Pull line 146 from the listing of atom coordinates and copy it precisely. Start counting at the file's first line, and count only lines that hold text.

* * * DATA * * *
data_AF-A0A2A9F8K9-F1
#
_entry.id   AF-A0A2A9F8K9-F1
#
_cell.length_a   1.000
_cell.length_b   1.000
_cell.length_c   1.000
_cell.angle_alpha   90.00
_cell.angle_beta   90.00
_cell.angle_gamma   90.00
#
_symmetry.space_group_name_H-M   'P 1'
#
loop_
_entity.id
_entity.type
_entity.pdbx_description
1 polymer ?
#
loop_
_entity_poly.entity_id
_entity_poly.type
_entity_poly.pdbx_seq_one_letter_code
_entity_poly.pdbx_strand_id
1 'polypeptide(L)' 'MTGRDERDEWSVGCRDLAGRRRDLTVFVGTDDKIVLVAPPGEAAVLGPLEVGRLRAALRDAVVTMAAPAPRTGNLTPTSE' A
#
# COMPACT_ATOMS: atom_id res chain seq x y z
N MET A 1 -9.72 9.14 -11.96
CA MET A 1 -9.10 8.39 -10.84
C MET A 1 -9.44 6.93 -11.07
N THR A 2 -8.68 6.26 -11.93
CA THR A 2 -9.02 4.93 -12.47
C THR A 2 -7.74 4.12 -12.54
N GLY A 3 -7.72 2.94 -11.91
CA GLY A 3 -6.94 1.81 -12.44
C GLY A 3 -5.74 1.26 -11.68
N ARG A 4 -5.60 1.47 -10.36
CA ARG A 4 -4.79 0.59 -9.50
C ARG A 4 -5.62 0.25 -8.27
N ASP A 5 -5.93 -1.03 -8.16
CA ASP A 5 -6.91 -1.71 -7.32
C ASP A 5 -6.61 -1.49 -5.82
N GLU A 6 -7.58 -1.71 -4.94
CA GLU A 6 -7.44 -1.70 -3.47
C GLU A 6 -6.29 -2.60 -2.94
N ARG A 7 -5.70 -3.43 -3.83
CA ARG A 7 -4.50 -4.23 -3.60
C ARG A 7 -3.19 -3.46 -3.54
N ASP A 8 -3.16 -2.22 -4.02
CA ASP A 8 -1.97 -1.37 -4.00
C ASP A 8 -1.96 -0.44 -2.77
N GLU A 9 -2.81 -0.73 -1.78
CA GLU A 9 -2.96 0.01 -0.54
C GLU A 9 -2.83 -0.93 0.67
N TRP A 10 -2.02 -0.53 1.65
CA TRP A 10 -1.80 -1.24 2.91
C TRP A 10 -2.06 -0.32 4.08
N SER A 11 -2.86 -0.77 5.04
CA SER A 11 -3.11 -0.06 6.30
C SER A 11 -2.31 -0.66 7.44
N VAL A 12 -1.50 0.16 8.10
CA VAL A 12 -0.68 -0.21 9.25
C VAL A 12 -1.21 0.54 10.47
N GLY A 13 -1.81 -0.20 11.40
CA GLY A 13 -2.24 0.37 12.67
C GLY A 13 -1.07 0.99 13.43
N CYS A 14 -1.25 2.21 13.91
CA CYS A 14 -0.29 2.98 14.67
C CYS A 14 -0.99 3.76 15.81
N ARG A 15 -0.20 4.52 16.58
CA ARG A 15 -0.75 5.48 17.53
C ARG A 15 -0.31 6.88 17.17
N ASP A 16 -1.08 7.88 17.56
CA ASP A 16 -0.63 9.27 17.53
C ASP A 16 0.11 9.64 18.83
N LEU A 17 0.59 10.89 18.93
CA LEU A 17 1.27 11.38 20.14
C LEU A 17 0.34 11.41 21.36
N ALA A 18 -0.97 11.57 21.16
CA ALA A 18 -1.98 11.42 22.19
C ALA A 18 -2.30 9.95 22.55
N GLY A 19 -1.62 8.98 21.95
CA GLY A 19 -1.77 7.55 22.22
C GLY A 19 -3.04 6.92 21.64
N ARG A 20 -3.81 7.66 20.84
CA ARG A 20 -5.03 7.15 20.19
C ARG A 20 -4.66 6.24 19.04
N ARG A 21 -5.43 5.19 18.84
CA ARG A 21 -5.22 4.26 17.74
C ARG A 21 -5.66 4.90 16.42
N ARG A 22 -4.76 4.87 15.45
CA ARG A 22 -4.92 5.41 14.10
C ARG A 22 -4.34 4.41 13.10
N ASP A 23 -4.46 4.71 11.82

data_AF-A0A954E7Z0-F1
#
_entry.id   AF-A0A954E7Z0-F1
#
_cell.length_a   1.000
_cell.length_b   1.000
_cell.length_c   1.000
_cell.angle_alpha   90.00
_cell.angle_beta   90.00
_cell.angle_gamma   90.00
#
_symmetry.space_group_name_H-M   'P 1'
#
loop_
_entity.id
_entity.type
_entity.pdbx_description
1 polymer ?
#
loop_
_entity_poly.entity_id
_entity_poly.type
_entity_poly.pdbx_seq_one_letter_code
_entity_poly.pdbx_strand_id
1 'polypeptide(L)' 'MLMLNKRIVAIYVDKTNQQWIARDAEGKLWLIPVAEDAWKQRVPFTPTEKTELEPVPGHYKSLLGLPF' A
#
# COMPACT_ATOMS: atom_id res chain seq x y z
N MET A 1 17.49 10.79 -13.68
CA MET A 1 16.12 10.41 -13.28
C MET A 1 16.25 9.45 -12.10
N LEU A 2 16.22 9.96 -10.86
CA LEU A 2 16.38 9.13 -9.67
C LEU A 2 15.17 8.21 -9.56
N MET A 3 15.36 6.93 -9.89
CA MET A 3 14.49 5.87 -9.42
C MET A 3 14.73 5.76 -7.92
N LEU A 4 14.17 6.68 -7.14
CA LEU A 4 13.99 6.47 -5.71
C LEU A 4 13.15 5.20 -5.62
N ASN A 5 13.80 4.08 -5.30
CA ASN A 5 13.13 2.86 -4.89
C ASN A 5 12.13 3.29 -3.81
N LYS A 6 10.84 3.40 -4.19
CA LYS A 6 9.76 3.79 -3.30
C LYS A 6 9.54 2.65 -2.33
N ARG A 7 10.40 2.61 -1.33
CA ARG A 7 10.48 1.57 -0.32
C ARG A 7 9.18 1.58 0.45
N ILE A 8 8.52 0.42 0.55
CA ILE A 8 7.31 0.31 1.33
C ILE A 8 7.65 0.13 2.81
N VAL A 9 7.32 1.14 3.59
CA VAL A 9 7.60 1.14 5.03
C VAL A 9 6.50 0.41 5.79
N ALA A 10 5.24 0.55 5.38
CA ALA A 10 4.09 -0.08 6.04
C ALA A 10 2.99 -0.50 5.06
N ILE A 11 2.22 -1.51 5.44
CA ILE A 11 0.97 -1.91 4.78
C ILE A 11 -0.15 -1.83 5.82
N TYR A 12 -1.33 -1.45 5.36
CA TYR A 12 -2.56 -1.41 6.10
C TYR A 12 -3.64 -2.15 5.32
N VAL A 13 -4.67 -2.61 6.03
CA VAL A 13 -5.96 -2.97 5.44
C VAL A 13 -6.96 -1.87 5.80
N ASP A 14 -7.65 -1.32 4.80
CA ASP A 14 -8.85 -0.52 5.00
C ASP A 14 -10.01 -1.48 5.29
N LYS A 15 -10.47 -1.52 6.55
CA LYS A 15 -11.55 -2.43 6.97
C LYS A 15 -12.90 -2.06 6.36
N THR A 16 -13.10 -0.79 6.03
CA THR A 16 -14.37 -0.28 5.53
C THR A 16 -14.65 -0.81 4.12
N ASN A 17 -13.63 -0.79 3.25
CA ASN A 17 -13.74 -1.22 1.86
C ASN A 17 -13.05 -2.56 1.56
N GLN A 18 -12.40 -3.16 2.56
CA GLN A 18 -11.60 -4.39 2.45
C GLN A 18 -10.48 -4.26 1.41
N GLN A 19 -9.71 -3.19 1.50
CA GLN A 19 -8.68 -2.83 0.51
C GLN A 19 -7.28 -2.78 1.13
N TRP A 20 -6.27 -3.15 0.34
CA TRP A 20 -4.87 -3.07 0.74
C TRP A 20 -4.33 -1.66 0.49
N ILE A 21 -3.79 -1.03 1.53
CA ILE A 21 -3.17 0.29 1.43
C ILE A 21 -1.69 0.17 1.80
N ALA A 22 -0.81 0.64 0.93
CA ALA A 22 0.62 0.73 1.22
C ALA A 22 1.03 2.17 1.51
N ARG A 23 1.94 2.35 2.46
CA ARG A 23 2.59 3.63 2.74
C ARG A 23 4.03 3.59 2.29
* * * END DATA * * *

N VAL A 9 7.32 1.14 3.59